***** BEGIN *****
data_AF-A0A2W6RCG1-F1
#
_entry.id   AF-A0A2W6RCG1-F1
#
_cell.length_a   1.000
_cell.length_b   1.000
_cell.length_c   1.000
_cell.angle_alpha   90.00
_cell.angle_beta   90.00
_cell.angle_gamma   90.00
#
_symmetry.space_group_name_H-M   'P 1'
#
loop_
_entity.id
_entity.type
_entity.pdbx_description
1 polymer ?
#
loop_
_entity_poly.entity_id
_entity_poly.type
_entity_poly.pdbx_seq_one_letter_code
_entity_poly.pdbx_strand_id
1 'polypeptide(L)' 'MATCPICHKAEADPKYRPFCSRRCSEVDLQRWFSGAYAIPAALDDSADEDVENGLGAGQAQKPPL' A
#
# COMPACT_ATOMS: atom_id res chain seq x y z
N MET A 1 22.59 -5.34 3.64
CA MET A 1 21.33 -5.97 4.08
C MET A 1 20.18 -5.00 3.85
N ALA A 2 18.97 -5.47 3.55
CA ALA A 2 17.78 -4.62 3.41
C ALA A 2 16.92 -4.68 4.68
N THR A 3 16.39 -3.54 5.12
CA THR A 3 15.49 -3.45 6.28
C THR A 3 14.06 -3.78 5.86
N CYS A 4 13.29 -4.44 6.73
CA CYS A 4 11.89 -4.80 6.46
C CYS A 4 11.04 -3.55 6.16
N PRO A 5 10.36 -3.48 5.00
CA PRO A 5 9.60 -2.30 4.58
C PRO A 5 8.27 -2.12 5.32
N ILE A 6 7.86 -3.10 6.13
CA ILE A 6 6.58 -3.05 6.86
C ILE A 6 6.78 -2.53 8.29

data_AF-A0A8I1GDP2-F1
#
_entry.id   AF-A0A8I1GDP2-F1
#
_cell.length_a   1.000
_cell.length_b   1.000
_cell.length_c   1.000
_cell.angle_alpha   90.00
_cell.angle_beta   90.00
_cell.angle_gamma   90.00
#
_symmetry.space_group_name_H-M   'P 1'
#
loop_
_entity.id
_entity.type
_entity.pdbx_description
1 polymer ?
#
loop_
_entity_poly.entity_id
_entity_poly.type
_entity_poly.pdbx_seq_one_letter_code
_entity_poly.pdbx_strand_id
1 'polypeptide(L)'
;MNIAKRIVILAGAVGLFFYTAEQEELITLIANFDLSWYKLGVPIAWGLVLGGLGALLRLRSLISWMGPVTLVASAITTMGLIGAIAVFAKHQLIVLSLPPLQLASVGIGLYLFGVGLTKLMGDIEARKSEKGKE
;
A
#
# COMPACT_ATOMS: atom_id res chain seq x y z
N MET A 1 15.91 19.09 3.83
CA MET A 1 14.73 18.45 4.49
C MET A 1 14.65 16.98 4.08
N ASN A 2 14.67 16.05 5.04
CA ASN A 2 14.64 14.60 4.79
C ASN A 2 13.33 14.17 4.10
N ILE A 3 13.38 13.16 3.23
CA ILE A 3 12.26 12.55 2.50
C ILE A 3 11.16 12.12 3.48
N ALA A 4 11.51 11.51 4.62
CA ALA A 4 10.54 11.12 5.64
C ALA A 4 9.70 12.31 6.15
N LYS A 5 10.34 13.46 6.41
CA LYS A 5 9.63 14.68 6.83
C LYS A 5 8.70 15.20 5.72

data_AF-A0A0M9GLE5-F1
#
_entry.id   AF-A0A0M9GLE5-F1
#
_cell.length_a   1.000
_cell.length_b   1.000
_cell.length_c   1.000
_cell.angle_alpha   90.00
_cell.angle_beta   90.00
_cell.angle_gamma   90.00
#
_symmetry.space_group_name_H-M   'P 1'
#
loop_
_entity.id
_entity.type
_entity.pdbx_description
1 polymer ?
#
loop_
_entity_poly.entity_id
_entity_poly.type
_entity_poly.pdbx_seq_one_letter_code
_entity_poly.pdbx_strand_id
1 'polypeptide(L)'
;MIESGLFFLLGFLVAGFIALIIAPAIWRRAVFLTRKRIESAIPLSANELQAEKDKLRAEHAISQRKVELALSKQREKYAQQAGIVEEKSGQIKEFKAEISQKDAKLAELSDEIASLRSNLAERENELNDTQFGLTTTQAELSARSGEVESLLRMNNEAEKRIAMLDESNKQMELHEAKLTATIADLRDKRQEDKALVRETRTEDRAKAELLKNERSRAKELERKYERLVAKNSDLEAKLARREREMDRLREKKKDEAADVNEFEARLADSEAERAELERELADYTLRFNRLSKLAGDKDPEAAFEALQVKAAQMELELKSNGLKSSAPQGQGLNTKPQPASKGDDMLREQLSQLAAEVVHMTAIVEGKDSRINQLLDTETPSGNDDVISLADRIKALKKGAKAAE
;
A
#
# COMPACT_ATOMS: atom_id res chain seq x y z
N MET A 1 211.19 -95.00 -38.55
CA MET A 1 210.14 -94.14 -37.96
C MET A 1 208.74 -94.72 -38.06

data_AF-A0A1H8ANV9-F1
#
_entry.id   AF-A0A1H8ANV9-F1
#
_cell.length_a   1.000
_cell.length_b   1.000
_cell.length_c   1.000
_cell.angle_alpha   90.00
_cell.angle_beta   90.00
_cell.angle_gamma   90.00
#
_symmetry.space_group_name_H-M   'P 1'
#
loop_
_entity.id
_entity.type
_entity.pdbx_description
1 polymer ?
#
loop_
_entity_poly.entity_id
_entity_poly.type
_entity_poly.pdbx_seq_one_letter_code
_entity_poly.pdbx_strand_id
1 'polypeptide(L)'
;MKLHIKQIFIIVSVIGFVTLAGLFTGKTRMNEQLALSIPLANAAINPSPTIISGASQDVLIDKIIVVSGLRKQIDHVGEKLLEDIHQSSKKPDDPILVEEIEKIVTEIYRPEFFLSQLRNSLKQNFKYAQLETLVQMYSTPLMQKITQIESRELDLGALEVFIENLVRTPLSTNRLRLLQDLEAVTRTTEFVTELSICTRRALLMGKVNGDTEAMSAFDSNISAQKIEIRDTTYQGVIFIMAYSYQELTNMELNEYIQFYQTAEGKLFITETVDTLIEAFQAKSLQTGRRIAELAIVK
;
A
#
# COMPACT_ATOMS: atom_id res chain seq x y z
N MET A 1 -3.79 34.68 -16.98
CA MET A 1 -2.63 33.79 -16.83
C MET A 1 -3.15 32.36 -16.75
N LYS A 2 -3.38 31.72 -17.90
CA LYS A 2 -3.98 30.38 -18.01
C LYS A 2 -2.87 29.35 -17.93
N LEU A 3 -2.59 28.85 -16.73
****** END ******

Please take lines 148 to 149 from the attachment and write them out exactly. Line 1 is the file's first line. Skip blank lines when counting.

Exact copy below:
1 'polypeptide(L)'
;MKLHIKQIFIIVSVIGFVTLAGLFTGKTRMNEQLALSIPLANAAINPSPTIISGASQDVLIDKIIVVSGLRKQIDHVGEKLLEDIHQSSKKPDDPILVEEIEKIVTEIYRPEFFLSQLRNSLKQNFKYAQLETLVQMYSTPLMQKITQIESRELDLGALEVFIENLVRTPLSTNRLRLLQDLEAVTRTTEFVTELSICTRRALLMGKVNGDTEAMSAFDSNISAQKIEIRDTTYQGVIFIMAYSYQELTNMELNEYIQFYQTAEGKLFITETVDTLIEAFQAKSLQTGRRIAELAIVK